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Small group activity What are the advantages/ disadvantages of: Word, Excel, PPT, & PDF as the platform for deliverables? T Schehr

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Tools for Deliverables Tool

Pros

Cons

Excel

Can interact with the data

Usually no narrative summary provided—conclusions are up to the user

PDF

All content is protected from change Not interactive—if we want our work to be used we need to let people use it (interact, copy-paste, etc.)

PPT

Bells and whistles

Can be challenging to make it “stand-alone”

Word

Can get a lot of content on a page

Visually less interesting than PPT

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Essential Content  Meaningful title  Leader/header on each page  Author/office of origin  Source of data  Page numbers

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Organizing Content  Focus on the big ideas/news  Aggregate first then drill down to subgroups  Show

trends when possible  Identify significant differences 

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With survey items start with the “overall” item (e.g. overall satisfaction) and then discuss more specific items Summer 2010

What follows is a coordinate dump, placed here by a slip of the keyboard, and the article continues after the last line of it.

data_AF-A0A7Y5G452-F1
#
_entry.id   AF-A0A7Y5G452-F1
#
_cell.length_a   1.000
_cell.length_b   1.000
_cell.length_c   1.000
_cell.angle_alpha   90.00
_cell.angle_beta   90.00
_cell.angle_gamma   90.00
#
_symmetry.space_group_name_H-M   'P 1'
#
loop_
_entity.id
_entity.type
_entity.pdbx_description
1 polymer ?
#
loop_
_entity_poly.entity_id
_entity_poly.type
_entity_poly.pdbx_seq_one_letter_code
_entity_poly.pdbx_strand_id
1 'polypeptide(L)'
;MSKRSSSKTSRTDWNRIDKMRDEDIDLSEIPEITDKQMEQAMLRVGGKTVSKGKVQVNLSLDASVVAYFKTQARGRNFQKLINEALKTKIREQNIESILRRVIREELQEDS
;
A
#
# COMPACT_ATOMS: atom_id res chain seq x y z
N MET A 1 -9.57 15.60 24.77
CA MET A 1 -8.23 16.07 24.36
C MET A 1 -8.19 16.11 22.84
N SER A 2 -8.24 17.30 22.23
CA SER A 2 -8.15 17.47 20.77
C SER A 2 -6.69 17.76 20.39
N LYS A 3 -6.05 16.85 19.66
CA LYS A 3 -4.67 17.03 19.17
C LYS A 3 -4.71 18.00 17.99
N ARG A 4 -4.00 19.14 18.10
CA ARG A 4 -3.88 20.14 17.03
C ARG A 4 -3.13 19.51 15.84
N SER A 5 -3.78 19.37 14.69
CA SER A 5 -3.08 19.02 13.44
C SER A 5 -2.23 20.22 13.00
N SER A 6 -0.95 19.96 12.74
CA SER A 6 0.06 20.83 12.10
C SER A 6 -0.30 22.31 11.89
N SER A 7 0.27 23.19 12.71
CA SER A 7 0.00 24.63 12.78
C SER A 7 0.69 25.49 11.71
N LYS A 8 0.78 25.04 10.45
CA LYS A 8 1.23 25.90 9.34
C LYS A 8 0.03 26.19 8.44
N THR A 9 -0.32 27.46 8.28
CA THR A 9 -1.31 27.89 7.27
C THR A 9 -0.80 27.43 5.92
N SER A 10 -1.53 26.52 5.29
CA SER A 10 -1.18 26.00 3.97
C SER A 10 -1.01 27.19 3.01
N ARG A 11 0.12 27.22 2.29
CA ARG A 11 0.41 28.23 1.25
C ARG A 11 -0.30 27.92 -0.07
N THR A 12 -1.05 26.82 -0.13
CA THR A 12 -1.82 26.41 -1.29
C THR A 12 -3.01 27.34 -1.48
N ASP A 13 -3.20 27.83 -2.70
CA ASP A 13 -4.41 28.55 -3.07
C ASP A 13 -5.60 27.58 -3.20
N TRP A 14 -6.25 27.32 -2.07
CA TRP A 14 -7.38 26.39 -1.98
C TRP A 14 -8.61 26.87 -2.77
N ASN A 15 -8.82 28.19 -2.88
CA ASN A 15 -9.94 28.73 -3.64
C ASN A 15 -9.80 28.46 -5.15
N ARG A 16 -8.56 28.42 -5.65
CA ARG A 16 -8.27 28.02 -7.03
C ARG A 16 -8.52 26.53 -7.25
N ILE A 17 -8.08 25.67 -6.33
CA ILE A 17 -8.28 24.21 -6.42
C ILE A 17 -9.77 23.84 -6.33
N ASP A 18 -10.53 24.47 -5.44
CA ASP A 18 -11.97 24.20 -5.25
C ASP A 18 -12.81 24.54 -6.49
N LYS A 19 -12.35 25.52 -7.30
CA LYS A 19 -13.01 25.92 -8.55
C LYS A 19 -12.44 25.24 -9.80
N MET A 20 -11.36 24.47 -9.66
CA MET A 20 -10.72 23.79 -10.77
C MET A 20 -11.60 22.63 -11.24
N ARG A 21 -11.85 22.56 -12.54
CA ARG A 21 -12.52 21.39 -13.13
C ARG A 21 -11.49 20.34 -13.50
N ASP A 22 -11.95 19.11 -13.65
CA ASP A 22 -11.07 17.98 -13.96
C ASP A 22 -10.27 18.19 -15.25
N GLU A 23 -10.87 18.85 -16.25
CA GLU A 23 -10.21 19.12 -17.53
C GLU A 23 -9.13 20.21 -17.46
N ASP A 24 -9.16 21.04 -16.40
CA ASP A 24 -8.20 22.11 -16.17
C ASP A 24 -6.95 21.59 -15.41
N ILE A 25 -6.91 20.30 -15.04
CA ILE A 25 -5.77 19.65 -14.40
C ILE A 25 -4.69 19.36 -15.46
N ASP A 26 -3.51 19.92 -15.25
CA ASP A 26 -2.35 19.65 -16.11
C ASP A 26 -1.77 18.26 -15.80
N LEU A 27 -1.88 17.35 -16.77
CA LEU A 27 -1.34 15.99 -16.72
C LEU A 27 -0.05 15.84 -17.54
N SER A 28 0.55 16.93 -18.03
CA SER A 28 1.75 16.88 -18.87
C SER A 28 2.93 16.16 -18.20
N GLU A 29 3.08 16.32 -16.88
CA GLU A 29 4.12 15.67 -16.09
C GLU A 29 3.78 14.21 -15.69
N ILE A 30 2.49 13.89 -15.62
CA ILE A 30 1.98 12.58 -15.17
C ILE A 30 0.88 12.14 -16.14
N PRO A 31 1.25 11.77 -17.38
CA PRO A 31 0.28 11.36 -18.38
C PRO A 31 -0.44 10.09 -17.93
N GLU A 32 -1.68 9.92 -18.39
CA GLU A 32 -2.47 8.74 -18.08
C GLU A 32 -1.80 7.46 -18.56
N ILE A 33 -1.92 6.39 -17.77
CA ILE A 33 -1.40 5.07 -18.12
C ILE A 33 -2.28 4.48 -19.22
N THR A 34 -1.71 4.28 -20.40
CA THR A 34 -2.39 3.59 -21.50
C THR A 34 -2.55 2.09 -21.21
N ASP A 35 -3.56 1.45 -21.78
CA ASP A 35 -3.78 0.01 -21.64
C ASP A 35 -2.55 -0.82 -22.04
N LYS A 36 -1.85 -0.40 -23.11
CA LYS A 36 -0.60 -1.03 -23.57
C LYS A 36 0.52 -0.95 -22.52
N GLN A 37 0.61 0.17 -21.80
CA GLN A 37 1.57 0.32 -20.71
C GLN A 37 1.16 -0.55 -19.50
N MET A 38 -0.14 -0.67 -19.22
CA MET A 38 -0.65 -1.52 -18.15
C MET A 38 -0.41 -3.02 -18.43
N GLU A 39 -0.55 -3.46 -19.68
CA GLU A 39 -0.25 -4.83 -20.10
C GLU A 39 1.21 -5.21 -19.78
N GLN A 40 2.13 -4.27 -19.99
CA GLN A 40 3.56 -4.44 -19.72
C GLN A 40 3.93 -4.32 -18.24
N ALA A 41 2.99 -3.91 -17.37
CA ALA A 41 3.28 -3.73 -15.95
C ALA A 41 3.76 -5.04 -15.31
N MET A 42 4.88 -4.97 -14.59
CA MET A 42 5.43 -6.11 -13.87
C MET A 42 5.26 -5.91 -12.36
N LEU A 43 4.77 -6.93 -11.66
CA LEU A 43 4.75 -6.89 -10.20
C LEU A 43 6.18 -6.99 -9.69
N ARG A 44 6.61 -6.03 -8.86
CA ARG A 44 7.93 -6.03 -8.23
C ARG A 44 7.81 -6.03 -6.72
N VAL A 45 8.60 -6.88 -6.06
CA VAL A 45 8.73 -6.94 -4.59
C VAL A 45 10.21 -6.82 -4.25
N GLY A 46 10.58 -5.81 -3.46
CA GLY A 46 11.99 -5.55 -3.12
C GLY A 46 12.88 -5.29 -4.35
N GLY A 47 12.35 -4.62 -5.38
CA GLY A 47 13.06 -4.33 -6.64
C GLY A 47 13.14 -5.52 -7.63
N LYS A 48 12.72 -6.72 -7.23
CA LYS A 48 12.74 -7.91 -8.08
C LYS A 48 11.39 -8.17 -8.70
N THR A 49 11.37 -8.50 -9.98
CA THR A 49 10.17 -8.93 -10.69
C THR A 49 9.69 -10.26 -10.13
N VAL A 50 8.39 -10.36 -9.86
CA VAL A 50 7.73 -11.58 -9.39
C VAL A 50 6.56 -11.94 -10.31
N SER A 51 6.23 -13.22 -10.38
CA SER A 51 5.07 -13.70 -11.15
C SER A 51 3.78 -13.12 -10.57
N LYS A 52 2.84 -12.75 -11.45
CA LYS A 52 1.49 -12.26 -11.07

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Organizing Content – cont.  Unless there is a meaningful order to the categories in a table/chart, sort results from largest to smallest  Percentages may be more meaningful than means  Top/Bottom Two Box %

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Tables and Charts

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Tables vs. Charts Tables

Charts

Data

Exact values, end-user can manipulate the data (depending on which deliverable tool is used), works for qualitative data

Sometimes requires user to estimate the values, data is not (usually) interactive, not appropriate for qualitative data

Trends

May take some study to see trends and patterns--this increases as the number of data elements increases

Easy to see trends and patterns

Interactions May take some study to see interactions--this increases as the number of data elements increases T Schehr

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Easy to see interactions

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Question: What other things go into your decision to use either tables or charts? T Schehr

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Overall Tips  Don’t settle for the default settings  Maximize the amount of “ink” used on the data and minimize the “ink” everywhere else (grid lines, boxes, etc.)  If something stands out (different font, different colored bar in a chart, etc.) it should be for a reason  Round results (except things like GPA) T Schehr

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Tables

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Tables – Basic Organization  Organize columns and rows in a meaningful way  Natural order (past to future)  Meaningful grouping (ranks of faculty)  Alphabetical  Magnitude of values (largest to smallest)